Steve Jobs is a legend and idol in the worlds of business, technology, and entrepreneurship for a reason. He founded some of the most groundbreaking companies of our time, including Pixar Animation Studios, NeXT, and Apple Inc., the world’s most valuable company. And he achieved it all without having the greatest money, contacts, or even intelligence at the outset (Jobs co-founded Apple in his parents’ garage in 1976).
How did he make it possible?
Jobs possessed a set of personality traits and success habits that stood out, moved him forward, and ultimately assisted him in achieving incredible career success. While you are your own person and your business journey will not be the same as his, you can undoubtedly learn a thing or two from Jobs’ groundbreaking approaches to developing successful firms.
Jobs’ distinguishing characteristics, such as his rough edges in personality, set him apart from other business owners. His distinguishing characteristics are noteworthy because they contributed to his achievement.
- Unimaginable self belief and Sincerity
Many entrepreneurs dream of developing a business that expands and acquires a significant market share from competitors. And it’s a fantastic vision. Steve Jobs, on the other hand, went much further. He envisioned his company not merely stealing market share from competitors, but also transforming the way people work, interact, and live their lives through its goods and services. He was such a firm believer in the power of Apple’s products and services that he developed them with the expectation that they would transform the world.
- Steve Jobs was uncompromising in his commitment to products over money
While many entrepreneurs today are more concerned with increasing profits, Jobs was more concerned with providing excellent products and services. His Zen training had honed his laser-like focus on products before profits, and it was ingrained in his personality—to the point where family members, friends, and coworkers would get frustrated trying to get him to deal with other issues, such as a medical diagnosis or a legal problem they thought was important.
- Steve Jobs was obsessed with perfection in design
Jobs honed his skills in the field of design, becoming a master of the concept of inventive and interactive design. He was adamant that his company’s designs be flawless. He was a firm believer in the importance of design in the development of next-generation products that people adore. As a result, he drove his company and staff to their limits while miraculously avoiding going over the brink.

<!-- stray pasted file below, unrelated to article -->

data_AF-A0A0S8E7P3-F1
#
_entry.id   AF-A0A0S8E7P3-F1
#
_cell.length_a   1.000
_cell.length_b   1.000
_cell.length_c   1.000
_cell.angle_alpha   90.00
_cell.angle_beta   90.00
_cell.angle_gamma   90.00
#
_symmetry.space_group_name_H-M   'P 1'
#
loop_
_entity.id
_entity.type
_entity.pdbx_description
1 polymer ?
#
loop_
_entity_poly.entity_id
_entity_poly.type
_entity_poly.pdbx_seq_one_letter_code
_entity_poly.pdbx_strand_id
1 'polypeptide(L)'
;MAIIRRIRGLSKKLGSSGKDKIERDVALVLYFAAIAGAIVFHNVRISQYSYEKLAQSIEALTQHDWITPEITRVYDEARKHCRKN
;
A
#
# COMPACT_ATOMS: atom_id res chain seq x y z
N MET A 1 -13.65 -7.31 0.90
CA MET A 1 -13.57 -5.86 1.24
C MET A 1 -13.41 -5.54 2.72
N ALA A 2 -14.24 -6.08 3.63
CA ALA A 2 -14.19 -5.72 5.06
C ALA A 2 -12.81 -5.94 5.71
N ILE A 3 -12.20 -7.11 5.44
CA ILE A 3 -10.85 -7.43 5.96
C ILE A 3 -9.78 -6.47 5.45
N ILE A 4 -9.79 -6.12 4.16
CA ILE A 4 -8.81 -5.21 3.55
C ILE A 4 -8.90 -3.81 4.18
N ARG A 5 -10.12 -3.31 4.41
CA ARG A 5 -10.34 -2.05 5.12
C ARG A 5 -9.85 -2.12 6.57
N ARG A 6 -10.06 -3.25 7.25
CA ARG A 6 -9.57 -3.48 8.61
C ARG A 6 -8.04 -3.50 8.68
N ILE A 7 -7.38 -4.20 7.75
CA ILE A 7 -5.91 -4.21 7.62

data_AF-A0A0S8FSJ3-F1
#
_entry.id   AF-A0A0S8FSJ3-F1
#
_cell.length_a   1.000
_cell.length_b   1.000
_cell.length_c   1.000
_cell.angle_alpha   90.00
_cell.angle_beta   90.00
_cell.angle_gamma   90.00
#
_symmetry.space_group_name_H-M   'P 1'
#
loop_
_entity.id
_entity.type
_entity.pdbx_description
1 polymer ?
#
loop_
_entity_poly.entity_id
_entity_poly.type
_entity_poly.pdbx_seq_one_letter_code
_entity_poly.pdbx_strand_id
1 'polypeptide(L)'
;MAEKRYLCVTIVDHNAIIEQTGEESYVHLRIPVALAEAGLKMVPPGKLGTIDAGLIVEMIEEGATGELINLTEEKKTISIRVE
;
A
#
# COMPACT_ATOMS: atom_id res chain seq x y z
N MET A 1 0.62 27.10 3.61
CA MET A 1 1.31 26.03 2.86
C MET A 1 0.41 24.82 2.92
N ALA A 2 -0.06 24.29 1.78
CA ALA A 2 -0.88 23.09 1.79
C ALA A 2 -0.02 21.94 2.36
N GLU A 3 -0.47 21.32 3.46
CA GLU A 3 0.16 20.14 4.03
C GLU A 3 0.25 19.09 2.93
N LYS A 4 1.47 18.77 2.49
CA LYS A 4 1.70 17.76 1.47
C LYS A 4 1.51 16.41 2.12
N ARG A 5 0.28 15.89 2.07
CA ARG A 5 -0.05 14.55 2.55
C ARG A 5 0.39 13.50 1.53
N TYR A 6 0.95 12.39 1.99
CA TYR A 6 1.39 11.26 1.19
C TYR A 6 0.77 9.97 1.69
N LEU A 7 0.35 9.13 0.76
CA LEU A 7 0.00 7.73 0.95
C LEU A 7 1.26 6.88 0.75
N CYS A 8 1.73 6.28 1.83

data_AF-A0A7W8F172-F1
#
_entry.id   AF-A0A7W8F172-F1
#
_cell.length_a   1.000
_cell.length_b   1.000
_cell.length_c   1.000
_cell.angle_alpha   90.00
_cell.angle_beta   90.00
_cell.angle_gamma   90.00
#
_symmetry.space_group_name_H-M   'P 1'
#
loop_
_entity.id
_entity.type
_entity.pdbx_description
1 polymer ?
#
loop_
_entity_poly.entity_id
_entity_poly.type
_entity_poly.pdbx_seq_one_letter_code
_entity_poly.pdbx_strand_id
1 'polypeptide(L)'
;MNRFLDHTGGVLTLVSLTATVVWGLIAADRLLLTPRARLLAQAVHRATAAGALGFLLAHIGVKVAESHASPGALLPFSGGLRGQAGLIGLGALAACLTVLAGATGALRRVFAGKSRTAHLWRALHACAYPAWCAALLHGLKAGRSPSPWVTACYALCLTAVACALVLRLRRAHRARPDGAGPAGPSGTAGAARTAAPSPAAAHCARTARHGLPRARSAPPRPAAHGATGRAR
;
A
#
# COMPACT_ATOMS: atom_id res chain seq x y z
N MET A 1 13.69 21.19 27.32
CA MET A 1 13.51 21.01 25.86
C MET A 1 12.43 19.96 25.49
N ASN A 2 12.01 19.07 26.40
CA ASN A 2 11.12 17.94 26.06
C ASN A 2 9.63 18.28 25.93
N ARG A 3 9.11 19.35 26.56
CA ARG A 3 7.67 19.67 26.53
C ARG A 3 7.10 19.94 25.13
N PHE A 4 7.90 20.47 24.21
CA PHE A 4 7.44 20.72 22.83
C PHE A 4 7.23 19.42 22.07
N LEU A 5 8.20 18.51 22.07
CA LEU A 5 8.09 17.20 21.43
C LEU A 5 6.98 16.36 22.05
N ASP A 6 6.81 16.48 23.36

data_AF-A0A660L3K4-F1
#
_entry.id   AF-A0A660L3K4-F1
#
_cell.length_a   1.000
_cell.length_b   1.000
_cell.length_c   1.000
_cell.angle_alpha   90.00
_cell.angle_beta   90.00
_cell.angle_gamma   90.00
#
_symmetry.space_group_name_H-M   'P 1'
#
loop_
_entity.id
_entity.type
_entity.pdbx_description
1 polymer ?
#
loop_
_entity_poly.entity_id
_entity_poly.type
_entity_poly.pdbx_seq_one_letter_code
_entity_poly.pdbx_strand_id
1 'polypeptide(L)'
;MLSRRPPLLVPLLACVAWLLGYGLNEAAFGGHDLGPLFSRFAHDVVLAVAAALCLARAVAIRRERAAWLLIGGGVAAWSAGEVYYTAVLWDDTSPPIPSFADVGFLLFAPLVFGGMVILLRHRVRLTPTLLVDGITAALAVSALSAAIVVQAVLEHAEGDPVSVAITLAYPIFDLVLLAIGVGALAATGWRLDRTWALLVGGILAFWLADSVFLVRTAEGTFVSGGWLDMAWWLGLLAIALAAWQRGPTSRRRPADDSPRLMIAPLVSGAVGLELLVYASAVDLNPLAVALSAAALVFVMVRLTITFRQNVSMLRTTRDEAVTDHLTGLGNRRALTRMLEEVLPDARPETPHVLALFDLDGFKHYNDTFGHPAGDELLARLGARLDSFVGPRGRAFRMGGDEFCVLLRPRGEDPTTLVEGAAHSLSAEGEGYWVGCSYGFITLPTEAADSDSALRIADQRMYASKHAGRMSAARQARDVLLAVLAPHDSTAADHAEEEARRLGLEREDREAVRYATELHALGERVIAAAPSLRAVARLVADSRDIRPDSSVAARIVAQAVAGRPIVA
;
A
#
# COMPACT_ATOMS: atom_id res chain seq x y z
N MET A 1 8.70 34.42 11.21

Walter Isaacson, the author of Steve Jobs’ biography, claims to have questioned the Apple CEO about his inclination to be harsh with others. “Take a look at the numbers,” Jobs said. “These are all smart people I work with, and if they were actually feeling brutalised, any of them could get a top job somewhere else.” They don’t, however.
“Then he hesitated for a few seconds and continued, almost regretfully, “And we accomplished some incredible things.”
Jobs’ unwavering passion for flawless design was at the heart of how he established his companies. This zeal blossomed into Apple’s distinct brand and gave the business a competitive advantage over competitors.
- Steve Jobs had a flair for the graceful and a strong affection for simplicity
“Simplicity is the highest sophistication,” Leonardo da Vinci famously observed. It appears that no one in the tech world took Jobs’ comments as seriously as he did. As a college dropout, Jobs learned to appreciate simplicity while working the night shift at Atari. Atari’s games had no manuals and were supposed to be simple enough for a “stoned freshman” to figure out. “1. Insert quarter,” for example, were the only instructions for its Star Trek game. 2. Stay away from Klingons.”
Jobs’ admiration for simplicity in design evolved after he attended design conferences at the Aspen Institute in the late 1970s, which emphasized the importance of efficient design free of frills and distractions. Jobs felt driven to simplify when he was given a confusing set of planned navigation menus for iDVD, which allowed users to burn video onto a disc. According to Isaacson, Jobs immediately sprang up and drew a basic rectangle on a whiteboard. He said, “Here’s the updated application.” “It only has one window.” Your video is dragged into the window. After that, you press the ‘Burn’ button. That is all there is to it. That’s exactly what we’re going to do.”
- When it came to expanding and growing Apple, Jobs was incredibly passionate and courageous.
Jobs was zealous and daring in his pursuit of exploitable opportunities and industries ripe for disruption. Many of his actions and attempts to grow Apple and its products were contentious, and they put the company’s future at peril. It was his daring, risk-taking, go-getter attitude that got him fired from Apple, a company he’d created, and then rehired when the company struggled after he’d left.
Jobs was always interested in finding out who was creating things that were more sophisticated than they needed to be. Portable music players and feasible internet ways to obtain tunes fit that description in 2001, resulting in the iPod and the iTunes Store. Then came cell phones.
At a meeting, Jobs would take out his phone and dramatically rage about how no one could possibly figure out how to use half of the capabilities, including the address book. Then he’d insist on a simpler, more capable smart phone from the folks he worked with.
He made it clear why you needed Apple’s products or services, whether you were an existing or potential customer. He was the consummate salesman and a true consumer advocate. What an unique combination of qualities to have as an entrepreneur.